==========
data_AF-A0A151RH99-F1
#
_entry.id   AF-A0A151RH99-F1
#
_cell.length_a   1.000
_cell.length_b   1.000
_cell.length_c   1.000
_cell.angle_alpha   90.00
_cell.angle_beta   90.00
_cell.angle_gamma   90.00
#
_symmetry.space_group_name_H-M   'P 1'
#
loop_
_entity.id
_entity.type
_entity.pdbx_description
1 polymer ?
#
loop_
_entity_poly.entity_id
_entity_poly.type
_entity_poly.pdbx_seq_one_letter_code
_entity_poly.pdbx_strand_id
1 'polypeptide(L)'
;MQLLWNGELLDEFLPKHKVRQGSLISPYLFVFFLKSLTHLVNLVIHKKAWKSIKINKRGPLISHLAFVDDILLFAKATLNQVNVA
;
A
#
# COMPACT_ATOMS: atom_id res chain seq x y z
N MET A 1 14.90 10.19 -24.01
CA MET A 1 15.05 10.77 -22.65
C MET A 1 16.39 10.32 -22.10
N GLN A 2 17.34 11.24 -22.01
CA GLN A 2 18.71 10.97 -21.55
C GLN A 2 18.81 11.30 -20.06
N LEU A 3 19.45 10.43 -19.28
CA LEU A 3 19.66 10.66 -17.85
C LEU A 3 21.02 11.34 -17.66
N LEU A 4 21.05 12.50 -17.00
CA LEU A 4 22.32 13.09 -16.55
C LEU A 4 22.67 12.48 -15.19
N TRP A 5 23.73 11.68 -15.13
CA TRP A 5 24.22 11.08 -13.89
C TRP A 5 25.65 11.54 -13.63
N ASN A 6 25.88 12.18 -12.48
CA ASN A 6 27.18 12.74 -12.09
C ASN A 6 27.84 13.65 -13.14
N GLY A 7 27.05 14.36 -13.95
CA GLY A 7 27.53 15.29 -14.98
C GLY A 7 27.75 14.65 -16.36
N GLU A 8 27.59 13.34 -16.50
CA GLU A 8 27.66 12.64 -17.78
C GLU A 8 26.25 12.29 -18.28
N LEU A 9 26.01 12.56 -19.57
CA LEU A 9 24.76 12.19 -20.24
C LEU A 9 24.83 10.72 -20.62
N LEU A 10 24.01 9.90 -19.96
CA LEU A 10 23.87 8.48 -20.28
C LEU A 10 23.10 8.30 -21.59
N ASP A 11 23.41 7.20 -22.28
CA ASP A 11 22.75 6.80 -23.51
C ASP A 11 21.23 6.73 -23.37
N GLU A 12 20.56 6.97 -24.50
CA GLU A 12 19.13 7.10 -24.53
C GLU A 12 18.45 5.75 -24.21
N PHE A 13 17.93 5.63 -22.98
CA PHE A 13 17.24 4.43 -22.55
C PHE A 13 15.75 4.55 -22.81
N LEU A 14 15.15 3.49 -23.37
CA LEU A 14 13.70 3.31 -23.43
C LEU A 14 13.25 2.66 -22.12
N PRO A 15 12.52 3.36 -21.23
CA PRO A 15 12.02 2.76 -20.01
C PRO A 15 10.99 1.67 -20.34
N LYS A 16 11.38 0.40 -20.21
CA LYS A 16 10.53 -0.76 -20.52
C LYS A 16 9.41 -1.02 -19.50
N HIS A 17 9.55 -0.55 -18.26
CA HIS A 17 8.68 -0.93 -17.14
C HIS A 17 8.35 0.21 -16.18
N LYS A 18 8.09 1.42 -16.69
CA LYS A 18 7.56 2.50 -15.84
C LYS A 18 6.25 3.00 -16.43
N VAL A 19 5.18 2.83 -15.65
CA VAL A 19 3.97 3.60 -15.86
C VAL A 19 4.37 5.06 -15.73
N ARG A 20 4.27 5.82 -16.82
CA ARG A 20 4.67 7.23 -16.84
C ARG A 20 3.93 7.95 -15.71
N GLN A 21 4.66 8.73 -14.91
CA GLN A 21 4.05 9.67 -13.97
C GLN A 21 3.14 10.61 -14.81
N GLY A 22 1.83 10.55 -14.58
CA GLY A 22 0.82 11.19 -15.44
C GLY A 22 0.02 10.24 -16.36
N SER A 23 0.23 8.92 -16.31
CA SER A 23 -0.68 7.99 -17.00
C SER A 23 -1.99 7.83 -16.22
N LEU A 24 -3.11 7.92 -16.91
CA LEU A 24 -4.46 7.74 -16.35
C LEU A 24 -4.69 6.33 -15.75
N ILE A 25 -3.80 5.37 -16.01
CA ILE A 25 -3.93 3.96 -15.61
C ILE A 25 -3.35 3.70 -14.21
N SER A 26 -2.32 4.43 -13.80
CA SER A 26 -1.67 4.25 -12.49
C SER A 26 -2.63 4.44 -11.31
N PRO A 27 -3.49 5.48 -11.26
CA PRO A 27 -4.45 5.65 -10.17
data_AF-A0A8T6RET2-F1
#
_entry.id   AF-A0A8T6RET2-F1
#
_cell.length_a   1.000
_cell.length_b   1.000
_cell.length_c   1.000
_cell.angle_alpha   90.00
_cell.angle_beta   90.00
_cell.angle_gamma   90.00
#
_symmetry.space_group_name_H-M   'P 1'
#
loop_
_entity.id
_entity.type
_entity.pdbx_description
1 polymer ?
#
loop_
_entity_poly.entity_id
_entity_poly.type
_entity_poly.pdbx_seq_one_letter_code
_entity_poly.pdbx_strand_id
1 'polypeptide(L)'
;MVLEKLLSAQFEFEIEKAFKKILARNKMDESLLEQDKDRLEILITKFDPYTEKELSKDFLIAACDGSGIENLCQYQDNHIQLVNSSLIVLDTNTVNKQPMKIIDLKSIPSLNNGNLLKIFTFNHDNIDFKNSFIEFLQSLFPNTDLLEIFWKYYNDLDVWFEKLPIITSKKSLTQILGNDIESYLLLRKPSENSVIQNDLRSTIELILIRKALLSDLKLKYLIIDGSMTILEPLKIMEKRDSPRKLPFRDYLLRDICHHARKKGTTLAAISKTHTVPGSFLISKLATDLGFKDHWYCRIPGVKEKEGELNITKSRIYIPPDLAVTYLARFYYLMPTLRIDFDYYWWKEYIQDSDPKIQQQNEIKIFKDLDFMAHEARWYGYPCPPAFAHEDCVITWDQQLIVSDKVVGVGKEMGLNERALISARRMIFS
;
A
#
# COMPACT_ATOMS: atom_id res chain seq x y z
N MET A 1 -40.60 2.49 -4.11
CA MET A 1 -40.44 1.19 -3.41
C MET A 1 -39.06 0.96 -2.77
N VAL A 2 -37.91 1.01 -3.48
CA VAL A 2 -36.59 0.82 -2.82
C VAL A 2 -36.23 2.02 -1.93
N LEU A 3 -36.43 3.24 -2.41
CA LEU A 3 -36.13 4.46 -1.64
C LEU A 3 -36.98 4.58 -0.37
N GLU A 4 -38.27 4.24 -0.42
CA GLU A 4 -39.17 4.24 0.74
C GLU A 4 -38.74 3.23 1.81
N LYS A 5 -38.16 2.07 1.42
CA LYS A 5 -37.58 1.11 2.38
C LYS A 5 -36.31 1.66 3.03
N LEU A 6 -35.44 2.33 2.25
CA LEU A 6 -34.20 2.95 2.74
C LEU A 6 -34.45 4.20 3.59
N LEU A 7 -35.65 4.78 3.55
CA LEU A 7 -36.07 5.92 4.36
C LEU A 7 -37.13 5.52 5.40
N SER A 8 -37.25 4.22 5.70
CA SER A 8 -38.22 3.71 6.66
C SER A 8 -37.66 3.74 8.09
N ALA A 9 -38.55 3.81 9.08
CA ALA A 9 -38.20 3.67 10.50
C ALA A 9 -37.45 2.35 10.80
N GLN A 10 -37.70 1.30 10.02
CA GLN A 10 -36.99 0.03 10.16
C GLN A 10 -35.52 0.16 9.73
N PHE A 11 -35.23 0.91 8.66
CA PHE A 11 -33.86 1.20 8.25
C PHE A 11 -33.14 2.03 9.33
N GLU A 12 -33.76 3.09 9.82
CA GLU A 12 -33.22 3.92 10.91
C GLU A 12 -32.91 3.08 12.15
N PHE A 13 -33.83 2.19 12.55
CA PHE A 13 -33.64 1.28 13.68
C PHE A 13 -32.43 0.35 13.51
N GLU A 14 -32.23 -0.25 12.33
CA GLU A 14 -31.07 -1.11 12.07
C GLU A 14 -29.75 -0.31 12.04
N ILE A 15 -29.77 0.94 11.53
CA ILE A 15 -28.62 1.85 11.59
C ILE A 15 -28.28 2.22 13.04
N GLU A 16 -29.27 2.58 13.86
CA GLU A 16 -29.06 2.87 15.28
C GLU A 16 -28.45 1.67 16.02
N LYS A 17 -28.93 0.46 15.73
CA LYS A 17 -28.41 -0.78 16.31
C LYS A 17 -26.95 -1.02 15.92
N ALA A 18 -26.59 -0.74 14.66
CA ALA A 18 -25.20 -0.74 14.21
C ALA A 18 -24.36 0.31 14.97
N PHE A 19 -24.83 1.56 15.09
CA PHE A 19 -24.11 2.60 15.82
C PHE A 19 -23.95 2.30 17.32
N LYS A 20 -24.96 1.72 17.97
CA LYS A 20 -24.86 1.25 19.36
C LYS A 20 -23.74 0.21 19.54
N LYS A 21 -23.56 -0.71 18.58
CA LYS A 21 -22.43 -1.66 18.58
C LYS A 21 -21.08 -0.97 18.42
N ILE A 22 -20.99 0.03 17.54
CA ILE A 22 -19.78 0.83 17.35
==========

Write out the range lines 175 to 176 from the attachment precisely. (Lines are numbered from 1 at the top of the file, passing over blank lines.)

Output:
CA GLU A 12 -33.22 3.92 10.91
C GLU A 12 -32.91 3.08 12.15